Jon Hassell – Further Fictions – Ndeya

Jon Hassell is a remarkable artist evidenced through the intersections of his life and the music he has created over decades. Access to everything is so much more readily available to all now consequently there is a never ending stream of music to be discovered, remembered, or simply experienced for all its inherent worth. Jon Hassell is certainly worth your further investigation. Brian Eno had this to say: “Jon Hassell is one of the most influential composers of the last 50 years. His invention of what he called ‘4th World Music’ opened the way for a fresh look at, and deeper respect for, the music of other cultures around the world. His recordings have had a big impact on other musicians, and, through them, have changed musical tastes dramatically. His unique intellectual contribution is also noteworthy: he is a tireless and articulate theorist as well as a great musician.”

Two albums go together to make us this release from the artist who passed away in 2021. First is Psychogeography which reworks thoughts around his 1990 release: Works Of Fiction fine tuning random moments of chaos into highly tuned blasts of sonic realisation. Imagine the rush of life cut-up then glued back together sprinkled with dusk. Offset by a cool, breezy funk blowing across the tracks sounds seem almost cinematic although you never quite known when a corner is going to be turned.

Secondly, is a live recording called The Living City which was made by Eno at a performance at the World Financial Center Winter Garden in New York in 1989. Played by the same band as the first album mentioned in ways this creative process feels all the more intriguing, pulsating with a nervous, urgent energy. A testament of the times.

Release: February 17


Brian Eno – Film Music 1976 – 2020 – UMC

Strange that I’d never really thought of Brian Eno in terms of defining timelines, although of course history plays a very big part in his existence. That attachment is all the more ready as this selection of his work for film and television is collated here (including seven unreleased numbers) between 1976-2020. Eno’s music has always been about evocation and picture forming which is most apt here. In ways it seems slightly odd however that your thoughts are guided by a title of a moving picture rather than what’s created by your own imagination, as so often occurs through experiencing his overlapping electronics. The list of directors and accompanying works are never less than impressive too from David Lynch to Derek Jarman to Danny Boyle, plus a host of other significant names. This is very much the sound of an artist fully-fledged embracing traditional elements of piano, guitar and even Bono’s voice on the hauntingly beautiful Passengers – Beach Sequence (from Beyond The Clouds). Likewise is the treatment of the studio and its abundance of creatively charged effects as a radical instrument in itself, which he has shaped full of the future. The music is wide and varied, touching upon a wealth of influences, caressing the sumptuous just as it does the more introspective as you will witness on – An Ending (Ascent). Which is also perfect.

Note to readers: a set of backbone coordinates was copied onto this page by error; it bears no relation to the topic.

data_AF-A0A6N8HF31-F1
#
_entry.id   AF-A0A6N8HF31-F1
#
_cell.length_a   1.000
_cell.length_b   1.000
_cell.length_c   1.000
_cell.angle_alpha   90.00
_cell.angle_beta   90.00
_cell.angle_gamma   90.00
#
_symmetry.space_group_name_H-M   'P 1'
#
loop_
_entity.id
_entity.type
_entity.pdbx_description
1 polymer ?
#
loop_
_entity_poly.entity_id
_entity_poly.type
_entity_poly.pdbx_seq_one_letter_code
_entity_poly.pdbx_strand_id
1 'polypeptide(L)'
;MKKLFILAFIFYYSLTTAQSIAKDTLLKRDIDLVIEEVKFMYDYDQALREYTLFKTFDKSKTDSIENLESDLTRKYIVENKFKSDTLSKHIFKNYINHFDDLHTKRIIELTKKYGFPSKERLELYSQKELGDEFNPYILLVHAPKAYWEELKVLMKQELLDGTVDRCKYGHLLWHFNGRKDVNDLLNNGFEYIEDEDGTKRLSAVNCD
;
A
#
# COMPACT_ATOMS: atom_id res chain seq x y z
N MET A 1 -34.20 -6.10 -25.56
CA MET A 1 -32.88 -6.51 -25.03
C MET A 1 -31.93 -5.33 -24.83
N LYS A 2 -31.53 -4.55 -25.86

Release: November 13



Brian Eno and Jah Wobble – Spinner – All Saints Records

I sometimes wonder if when Brian Eno breathes it creates the impulse of music. The territory he explores always seems relevant, occasionally familiar yet never less than evocative. This re-release of his 1995 album with Jah Wobble and the occasional drums of Can’s Jaki Liebezeit, amongst other contributors, chimes effectively with the ripple of today’s uncertainty. Originally the tracks were created by Eno to soundtrack Derek Jarman’s biographical movie Glitterbug but were never released separately, subsequently passed onto Wobble to add his own defining touches resulting in Spinner. You can hear the echo of all the artists involved which expands what has become more associated with a record bearing Brian Eno’s name to an intriguing blend of otherworldly funk, while sometimes sound-tracking ambience such as on the edgy serenity of Space Diary. The album leaves you at the appropriately titled final number, Lockdown by twisting a blaze of bass around a warped sense of jazz completing this exploration of genre expanding curiosity, which still stands out on its own in 2020

Release: August 21


listen to Space Diary


Roger Eno and Brian Eno – Mixing Colours – Deutsche Grammophon

Mixing metaphors, like mixing colours, conjures up all sorts of meaning. Roger and Brian Eno’s first album together is another world to lose yourself in. Which given the situation we now find ourselves may sound like a salvation. Blissful tones, resonating with emotional turmoil of both plus/ negative all escape into the ether. And just as you might imagine the experience captures our relationship between sound, the art of transference and its consequent meaning. Touching upon the memory the past is fused with a sense of now and there is a heightened belief in something more expansive then ourselves playing out. There is an orthodoxy on occasion that refreshes a church-like reassurance on Blonde (below) reminding you of the simple, eloquent power of music to transform. The piano playing is often exquisite, highlighting the spectrum, such as on the beautifully poignant Snow.

As the music unfolds your mind wonders, thinking out loud, like you have plugged directly into the livewire of the albums notation. Not so much chancing upon dark corners as there is a celebratory, though sometimes melancholy, longing which the music often reaches for that is resolutely rewarding. Sculpting sound is what these artists are most renowned for. They succeed in abundance. Listen to Celeste below and discover all of this and more as seven of the eighteen tracks have accompanying films. A further, stunning collaboration with musician/software designer Peter Chilvers proving beauty is more than just commodity.

Release: March 20


Brian Eno with Daniel Lanois and Roger Eno – Apollo: Atmospheres & Soundtracks (Extended Edition) – UMC